- The European Council has approved the long-anticipated Markets in Crypto-Assets regulation, a final step before it becomes law.
- Crypto tax reporting standards, anti-money laundering rules, a bid for a digital euro and smart contract regulation are among the other laws that may win a nod in the EU.
The European Union’s landmark crypto rulebook just passed its final legislative hurdle.
Member state representatives of the European Council approved the Markets in Crypto-Assets regulation in a unanimous vote.
The rules, known as MiCA, are expected to kick in by June and with new laws on consumer protection, market integrity, and financial stability.
They will “better protect Europeans who have invested in these assets, and prevent the misuse of crypto industry for the purposes of money laundering and financing of terrorism,” said Elisabeth Svantesson, Minister for Finance of Sweden, representing the current Swedish Council presidency.
Companies offering crypto services in the EU will have legal clarity, and MiCA allows them to “passport” their licence from one member state to the rest of the 27-nation bloc. Stablecoin issuers will need to meet capital and reserve requirements, and will face limitations for non-euro denominated stablecoins.
Laws on stablecoins will come into force in mid-2024, while the rest at the beginning of 2025. Until then, European regulators will need to draft up the technical rules on how to implement the legislation.
EU policymakers set out to end the crypto “Wild West” and create a regulatory blueprint for other jurisdictions.
While MiCA is hailed as the first major, comprehensive regulation for crypto assets, it is far from the only one impacting the sector. Here are nine other rules that will shape Europe’s crypto industry.
Crypto’s travel rule
The revised Transfer of Funds Regulation requires identity details to accompany crypto transactions for both the sender and receiver of the funds. It is designed to kick in at the same time as MiCA. The European Council approved the TFR on Tuesday.
‘Today’s decision is bad news for those who have misused crypto-assets for their illegal activities, to circumvent EU sanctions or to finance terrorism and war’— Elisabeth Svantesson
“Today’s decision is bad news for those who have misused crypto-assets for their illegal activities, to circumvent EU sanctions or to finance terrorism and war,” said Svantesson.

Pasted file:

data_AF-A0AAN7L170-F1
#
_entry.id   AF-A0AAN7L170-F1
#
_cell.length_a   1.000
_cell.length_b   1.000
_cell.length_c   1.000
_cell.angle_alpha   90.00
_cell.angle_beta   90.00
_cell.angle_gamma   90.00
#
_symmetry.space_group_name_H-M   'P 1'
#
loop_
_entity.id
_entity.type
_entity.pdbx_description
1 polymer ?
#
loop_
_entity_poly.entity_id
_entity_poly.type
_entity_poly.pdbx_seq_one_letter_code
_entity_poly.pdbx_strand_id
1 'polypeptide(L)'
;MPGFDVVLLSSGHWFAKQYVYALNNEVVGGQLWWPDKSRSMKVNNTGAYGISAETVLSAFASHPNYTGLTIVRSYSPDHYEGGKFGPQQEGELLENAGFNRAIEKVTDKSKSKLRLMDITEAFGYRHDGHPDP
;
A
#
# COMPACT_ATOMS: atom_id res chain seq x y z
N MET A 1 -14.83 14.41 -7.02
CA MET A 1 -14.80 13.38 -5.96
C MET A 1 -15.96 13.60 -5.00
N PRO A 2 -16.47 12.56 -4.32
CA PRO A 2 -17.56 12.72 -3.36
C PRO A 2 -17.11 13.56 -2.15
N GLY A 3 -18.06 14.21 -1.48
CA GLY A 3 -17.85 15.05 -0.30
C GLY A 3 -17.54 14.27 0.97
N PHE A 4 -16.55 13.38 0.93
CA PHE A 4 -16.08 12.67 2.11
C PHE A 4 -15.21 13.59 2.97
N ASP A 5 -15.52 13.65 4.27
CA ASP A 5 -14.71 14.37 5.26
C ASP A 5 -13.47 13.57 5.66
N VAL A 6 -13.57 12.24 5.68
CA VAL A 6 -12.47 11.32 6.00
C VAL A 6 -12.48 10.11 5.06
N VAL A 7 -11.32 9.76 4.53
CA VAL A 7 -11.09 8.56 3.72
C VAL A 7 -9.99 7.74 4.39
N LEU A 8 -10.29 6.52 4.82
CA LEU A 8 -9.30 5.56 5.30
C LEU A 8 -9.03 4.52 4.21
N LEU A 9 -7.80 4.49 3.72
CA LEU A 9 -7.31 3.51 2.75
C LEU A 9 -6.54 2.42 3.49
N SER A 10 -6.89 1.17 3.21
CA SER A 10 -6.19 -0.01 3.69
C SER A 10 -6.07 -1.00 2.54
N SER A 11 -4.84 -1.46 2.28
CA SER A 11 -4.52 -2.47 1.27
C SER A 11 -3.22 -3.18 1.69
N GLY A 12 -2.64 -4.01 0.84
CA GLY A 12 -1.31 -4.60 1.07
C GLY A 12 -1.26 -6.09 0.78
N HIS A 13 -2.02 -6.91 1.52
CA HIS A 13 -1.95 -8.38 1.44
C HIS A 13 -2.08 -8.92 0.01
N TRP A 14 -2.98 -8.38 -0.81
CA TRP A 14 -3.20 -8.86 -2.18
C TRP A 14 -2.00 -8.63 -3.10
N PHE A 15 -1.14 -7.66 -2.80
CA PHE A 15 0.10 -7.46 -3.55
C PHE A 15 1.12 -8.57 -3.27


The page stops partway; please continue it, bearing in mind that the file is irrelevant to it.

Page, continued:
This policy aligns with the Financial Action Task Force’s, the global money laundering watchdog, recommendations on crypto assets and anti-money laundering.
In particular, transfers to and self-hosted wallets, which are not owned by a third-party provider, will need to include identifying information for transfers worth over €1,000, or around $1,090. Purely peer-to-peer transactions from self-hosted wallets will not be captured by the regulation.
Anti-money laundering rules
The EU’s anti-money laundering regulation has swept in decentralised finance, NFT platforms and DAOs as obliged entities. MiCA excluded these from its scope — stirring talk of a MiCA II among EU officials — so the AML package picked up the pieces from the cutting room floor.
A major point of discussion for the crypto industry revolves around the limit set on commercial payments involving self-hosted wallets worth over €1,000, or around $1,090. Blockchain advocates are suggesting policymakers to align with measures outlined in the TFR.
Other provisions in the bill include a ban on privacy coins such as Monero or Dash, as well as a ban on anonymous accounts. Negotiations are expected to conclude over the summer.
Smart contract regulation
The Data Act, currently in negotiations between European institutions, includes an article on the regulation of smart contracts used for data sharing. Provisions include the inclusion of a kill switch in smart contracts.
While the regulation is designed to cover smart devices and the internet-of-things, some in the industry worry the scope of the regulation is not defined clearly enough to exclude smart contracts underpinning DeFi based on blockchain.
The Data Act could make it impossible to use public blockchains under such requirements, Marina Markezic, executive director of the European Crypto Initiative, previously told DL News. The trade association has proposed changes to policymakers as they continue their final stretch of negotiations, expected until June.
The Digital Operational Resilience Act standardises network and data security for companies in the financial sector such as credit institutions, investment firms as well as crypto service providers.